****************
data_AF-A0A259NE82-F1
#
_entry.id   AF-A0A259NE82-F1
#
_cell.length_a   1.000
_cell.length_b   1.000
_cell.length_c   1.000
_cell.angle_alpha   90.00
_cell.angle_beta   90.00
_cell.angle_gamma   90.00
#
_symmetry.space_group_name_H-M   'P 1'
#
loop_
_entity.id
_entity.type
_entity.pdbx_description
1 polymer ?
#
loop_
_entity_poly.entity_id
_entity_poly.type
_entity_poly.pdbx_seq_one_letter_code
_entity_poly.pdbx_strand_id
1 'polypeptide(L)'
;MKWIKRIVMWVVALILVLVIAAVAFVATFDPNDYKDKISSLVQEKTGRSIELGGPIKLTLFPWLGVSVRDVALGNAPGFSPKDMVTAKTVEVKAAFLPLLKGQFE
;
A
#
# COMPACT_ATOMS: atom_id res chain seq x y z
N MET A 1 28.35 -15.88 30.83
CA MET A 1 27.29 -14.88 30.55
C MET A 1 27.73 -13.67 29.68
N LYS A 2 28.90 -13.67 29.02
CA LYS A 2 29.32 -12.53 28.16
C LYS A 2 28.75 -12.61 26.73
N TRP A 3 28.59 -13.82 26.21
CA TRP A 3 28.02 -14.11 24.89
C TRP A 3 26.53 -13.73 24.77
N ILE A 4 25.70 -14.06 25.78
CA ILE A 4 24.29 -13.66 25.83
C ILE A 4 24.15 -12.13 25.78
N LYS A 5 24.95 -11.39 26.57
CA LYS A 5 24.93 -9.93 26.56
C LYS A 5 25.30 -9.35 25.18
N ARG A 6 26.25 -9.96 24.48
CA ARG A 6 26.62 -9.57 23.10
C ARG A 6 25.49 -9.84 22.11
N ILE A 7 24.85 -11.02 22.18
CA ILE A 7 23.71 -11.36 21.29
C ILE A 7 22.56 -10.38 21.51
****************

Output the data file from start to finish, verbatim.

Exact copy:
data_AF-A0A259NE82-F1
#
_entry.id   AF-A0A259NE82-F1
#
_cell.length_a   1.000
_cell.length_b   1.000
_cell.length_c   1.000
_cell.angle_alpha   90.00
_cell.angle_beta   90.00
_cell.angle_gamma   90.00
#
_symmetry.space_group_name_H-M   'P 1'
#
loop_
_entity.id
_entity.type
_entity.pdbx_description
1 polymer ?
#
loop_
_entity_poly.entity_id
_entity_poly.type
_entity_poly.pdbx_seq_one_letter_code
_entity_poly.pdbx_strand_id
1 'polypeptide(L)'
;MKWIKRIVMWVVALILVLVIAAVAFVATFDPNDYKDKISSLVQEKTGRSIELGGPIKLTLFPWLGVSVRDVALGNAPGFSPKDMVTAKTVEVKAAFLPLLKGQFE
;
A
#
# COMPACT_ATOMS: atom_id res chain seq x y z
N MET A 1 28.35 -15.88 30.83
CA MET A 1 27.29 -14.88 30.55
C MET A 1 27.73 -13.67 29.68
N LYS A 2 28.90 -13.67 29.02
CA LYS A 2 29.32 -12.53 28.16
C LYS A 2 28.75 -12.61 26.73
N TRP A 3 28.59 -13.82 26.21
CA TRP A 3 28.02 -14.11 24.89
C TRP A 3 26.53 -13.73 24.77
N ILE A 4 25.70 -14.06 25.78
CA ILE A 4 24.29 -13.66 25.83
C ILE A 4 24.15 -12.13 25.78
N LYS A 5 24.95 -11.39 26.57
CA LYS A 5 24.93 -9.93 26.56
C LYS A 5 25.30 -9.35 25.18
N ARG A 6 26.25 -9.96 24.48
CA ARG A 6 26.62 -9.57 23.10
C ARG A 6 25.49 -9.84 22.11
N ILE A 7 24.85 -11.02 22.18
CA ILE A 7 23.71 -11.36 21.29
C ILE A 7 22.56 -10.38 21.51